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I Had to Change My Circumstances

I’ve had irritable bowel syndrome for almost a decade now, and I must say during that time I have gone through so many trials and tribulations due to my condition. I started dealing with GI issues as a sophomore in college and ended up having to drop out before finishing my junior year because I couldn’t keep my attendance up and my grades fell so low. After that, I decided to just work random jobs to make ends meet and as an experiment to see which line of work I felt most comfortable while dealing with my condition. Let’s just say most jobs that I had did not work well with my IBS. As you can imagine, having a debilitating condition that hardly anyone understands and feeling lost in terms of finding a career can make someone feel very depressed and alone. Eventually, I learned how to change my circumstances for the sake of my happiness, and my overall health.

Continuing my education

One way that I changed my circumstances was by not allowing my education to stop just because I dropped out of college. Since leaving school, I continued my education simply by reading several books on my own and using the internet as a resource to do research and learn different trades, such as personal training and filmmaking. I don’t have a career in either one, but I am still utilizing the skills I have learned to better myself and become self-sufficient. For instance, by being curious about what personal trainers do and wanting to better my own health, I read textbooks that taught me not only how to exercise properly and effectively, but also how to be somewhat of a mentor to those who struggle with their physical health. Through this process, I was able to get into the best shape I had ever been in, and was even able to give tips to others who were looking for effective ways to exercise. Also, by doing research on the internet and believing in my creative ability, I was able to teach myself how to record, edit, and publish videos online, which are skills that I am now able to utilize for work and make a living from. It all started with a few videos on YouTube about what IBS is and how I cope with it, and since then I’ve branched out to writing articles (like this one) helping patients across the globe to cope with their chronic illness as well.

Working from home

Another way I changed my circumstances so that I could better manage my condition was by finding work that I can do from home. From the skills I have learned by teaching myself filmmaking and content creation, as well as the creative writing skills I gained from the schooling I did finish, I was able to find a way to work from home or remotely. One major thing I noticed working a regular full-time job is that it was extremely difficult trying to manage my symptoms while being under pressure at the workplace. I remember working for one boss in particular who demeaned and belittled me most of the time, which caused immense stress for me and, in turn, my IBS symptoms would go crazy. To be honest, the experience was very traumatic. Therefore, I decided to work really hard to find a way to work from home where I could create my own environment and schedule, and thankfully it worked and paid off. Even working from home has its own challenges, but at least I get to deal with my condition in privacy, comfortability, and less embarrassment.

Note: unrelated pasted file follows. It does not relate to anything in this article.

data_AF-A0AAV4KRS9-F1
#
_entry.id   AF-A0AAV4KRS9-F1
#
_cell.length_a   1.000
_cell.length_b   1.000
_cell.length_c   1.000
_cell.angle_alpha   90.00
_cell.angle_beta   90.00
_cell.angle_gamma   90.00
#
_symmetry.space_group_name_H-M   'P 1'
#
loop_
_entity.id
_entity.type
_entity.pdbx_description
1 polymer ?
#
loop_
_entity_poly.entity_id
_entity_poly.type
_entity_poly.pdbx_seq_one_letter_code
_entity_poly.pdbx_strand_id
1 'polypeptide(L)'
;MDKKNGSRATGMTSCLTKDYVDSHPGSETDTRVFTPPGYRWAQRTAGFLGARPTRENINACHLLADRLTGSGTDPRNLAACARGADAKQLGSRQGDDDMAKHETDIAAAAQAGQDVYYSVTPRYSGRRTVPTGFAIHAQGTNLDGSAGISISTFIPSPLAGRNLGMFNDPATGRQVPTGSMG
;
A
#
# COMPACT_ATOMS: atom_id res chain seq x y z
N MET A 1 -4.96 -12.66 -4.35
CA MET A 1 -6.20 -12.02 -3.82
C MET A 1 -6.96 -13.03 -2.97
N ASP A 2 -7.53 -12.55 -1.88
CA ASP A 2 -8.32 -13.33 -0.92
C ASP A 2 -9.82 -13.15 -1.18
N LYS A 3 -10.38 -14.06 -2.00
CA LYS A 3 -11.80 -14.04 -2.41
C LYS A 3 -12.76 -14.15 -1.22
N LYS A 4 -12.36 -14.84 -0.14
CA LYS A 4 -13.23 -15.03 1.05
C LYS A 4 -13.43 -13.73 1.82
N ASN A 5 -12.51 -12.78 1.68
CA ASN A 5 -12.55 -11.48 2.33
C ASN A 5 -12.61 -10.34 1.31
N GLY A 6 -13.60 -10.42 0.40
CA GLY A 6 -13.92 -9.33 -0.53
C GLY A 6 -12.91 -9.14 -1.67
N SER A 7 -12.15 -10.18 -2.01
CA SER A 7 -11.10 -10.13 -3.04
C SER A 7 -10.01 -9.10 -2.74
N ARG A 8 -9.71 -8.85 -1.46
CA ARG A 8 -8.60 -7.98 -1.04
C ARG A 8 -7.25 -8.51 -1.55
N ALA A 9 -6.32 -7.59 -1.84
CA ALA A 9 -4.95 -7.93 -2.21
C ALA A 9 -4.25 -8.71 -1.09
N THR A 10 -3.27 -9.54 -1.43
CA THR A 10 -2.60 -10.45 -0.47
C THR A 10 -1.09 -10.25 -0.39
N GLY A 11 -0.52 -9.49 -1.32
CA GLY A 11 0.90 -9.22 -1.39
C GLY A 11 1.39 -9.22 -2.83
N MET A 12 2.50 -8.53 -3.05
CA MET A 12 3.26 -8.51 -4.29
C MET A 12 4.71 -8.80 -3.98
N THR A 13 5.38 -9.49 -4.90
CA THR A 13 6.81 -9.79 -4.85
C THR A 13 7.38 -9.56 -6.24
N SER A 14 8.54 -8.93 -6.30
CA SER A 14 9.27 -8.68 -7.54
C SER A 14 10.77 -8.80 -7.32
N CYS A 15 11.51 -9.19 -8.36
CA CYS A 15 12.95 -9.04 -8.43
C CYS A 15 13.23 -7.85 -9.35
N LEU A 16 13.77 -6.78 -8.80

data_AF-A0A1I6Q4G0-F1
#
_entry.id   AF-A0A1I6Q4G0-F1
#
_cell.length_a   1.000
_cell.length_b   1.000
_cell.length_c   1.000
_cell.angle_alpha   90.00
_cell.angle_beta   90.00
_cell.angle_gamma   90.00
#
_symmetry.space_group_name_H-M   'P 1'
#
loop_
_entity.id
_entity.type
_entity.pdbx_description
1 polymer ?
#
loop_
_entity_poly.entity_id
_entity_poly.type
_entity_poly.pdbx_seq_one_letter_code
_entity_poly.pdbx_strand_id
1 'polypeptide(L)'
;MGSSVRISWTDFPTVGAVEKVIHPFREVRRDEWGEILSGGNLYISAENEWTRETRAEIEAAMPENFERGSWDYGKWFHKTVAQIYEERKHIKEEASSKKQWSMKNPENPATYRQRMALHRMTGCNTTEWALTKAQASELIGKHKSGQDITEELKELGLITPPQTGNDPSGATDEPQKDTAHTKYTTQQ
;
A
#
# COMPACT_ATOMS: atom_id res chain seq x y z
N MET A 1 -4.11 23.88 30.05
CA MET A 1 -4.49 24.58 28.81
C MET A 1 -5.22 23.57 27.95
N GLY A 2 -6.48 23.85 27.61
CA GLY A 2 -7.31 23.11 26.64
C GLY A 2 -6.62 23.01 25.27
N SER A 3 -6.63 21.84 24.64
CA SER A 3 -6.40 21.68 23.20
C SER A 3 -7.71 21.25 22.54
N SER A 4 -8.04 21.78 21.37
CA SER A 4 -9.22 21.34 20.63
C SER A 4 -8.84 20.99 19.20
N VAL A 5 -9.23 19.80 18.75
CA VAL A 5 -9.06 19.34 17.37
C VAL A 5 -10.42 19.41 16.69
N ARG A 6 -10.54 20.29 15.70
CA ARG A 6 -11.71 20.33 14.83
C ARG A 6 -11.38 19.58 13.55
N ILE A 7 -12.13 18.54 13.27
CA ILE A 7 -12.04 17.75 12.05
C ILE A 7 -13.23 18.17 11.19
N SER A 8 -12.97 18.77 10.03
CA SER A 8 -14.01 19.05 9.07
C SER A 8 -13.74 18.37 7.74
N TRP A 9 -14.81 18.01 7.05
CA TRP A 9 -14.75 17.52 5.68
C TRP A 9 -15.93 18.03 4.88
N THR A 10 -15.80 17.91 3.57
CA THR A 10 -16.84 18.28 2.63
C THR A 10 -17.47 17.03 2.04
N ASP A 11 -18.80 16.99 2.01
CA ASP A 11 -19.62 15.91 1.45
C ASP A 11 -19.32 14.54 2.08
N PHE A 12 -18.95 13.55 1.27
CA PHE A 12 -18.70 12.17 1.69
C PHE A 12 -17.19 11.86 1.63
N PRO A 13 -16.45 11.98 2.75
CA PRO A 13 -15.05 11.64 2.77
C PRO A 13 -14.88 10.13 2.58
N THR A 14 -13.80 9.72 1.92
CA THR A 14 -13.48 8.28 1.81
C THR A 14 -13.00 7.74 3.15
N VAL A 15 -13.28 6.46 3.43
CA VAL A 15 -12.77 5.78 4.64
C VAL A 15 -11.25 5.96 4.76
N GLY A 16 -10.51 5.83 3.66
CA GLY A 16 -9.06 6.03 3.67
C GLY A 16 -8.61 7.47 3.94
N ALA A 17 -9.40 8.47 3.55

The ups and downs

Going to school and working outside my home created a lot of stress and anxiety in my life, so much so that my IBS symptoms would go bananas and have me locked up in the bathroom. I felt I had no choice but to change my circumstances so that I better manage my health and find a career I could enjoy. I am still to this day learning new things about my condition and how I can best manage it whether through diet, exercise, or other lifestyle-changes. All in all, it is not at all easy finding a way to live with a debilitating invisible-illness, and I had to go through many ups and downs before I figured out what works best for me.

Have any of you had to change your circumstances due to your condition? If so, what did you have to change and how has it helped you?

This article represents the opinions, thoughts, and experiences of the author; none of this content has been paid for by any advertiser. The team does not recommend or endorse any products or treatments discussed herein. Learn more about how we maintain editorial integrity here.


  • nevadamiss52
    4 months ago

    I have been where you are. I had to quit my job as a school bus driver and go on retirement disability. I am 66 and have had problems since I was 15. The worse for me is constipation. So I try really hard not to get that way. I’m still looking for work I can do from home. I get so bored. I never know when it is going to hit. But I have gotten better at recognizing the signs. I would be glad to offer tips if it would help just one person. I was lucky enough after several years to find a GI Dr that didn’t think it was all in my head, and with medicine has really been a godsend in helping me cope. Continued success.

  • HessP moderator author
    4 months ago

    Thank you for being able to relate to my experience, @nevadamiss52! Living with this condition and finding what works best for us can certainly be a trying journey for many of us. I’m glad you have a supportive GI doctor who is helping you cope with this condition as best as possible. Wishing you much strength and positivity to also help get you through the tough times! Thanks for sharing and keep up the great fight! – Hess, Team member

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